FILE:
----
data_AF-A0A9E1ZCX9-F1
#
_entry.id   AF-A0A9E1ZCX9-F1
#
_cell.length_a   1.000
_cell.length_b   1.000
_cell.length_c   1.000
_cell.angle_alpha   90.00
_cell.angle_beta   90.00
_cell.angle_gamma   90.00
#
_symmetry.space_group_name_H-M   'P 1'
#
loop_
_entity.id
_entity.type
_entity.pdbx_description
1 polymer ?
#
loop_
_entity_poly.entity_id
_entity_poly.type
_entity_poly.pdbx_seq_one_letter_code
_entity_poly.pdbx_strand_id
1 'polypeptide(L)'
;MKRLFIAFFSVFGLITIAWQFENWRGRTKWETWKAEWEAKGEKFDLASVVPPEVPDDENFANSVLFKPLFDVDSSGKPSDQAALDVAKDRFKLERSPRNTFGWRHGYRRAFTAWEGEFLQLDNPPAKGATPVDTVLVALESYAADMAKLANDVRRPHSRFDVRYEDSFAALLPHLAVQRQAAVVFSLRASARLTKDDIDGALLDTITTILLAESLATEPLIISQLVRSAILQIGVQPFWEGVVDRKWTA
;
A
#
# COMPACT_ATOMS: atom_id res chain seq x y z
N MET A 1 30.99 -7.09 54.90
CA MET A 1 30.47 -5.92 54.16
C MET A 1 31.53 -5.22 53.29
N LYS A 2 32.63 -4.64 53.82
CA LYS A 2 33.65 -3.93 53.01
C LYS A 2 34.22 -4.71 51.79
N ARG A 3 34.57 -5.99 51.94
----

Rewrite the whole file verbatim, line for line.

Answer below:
data_AF-A0A9E1ZCX9-F1
#
_entry.id   AF-A0A9E1ZCX9-F1
#
_cell.length_a   1.000
_cell.length_b   1.000
_cell.length_c   1.000
_cell.angle_alpha   90.00
_cell.angle_beta   90.00
_cell.angle_gamma   90.00
#
_symmetry.space_group_name_H-M   'P 1'
#
loop_
_entity.id
_entity.type
_entity.pdbx_description
1 polymer ?
#
loop_
_entity_poly.entity_id
_entity_poly.type
_entity_poly.pdbx_seq_one_letter_code
_entity_poly.pdbx_strand_id
1 'polypeptide(L)'
;MKRLFIAFFSVFGLITIAWQFENWRGRTKWETWKAEWEAKGEKFDLASVVPPEVPDDENFANSVLFKPLFDVDSSGKPSDQAALDVAKDRFKLERSPRNTFGWRHGYRRAFTAWEGEFLQLDNPPAKGATPVDTVLVALESYAADMAKLANDVRRPHSRFDVRYEDSFAALLPHLAVQRQAAVVFSLRASARLTKDDIDGALLDTITTILLAESLATEPLIISQLVRSAILQIGVQPFWEGVVDRKWTA
;
A
#
# COMPACT_ATOMS: atom_id res chain seq x y z
N MET A 1 30.99 -7.09 54.90
CA MET A 1 30.47 -5.92 54.16
C MET A 1 31.53 -5.22 53.29
N LYS A 2 32.63 -4.64 53.82
CA LYS A 2 33.65 -3.93 53.01
C LYS A 2 34.22 -4.71 51.79
N ARG A 3 34.57 -5.99 51.94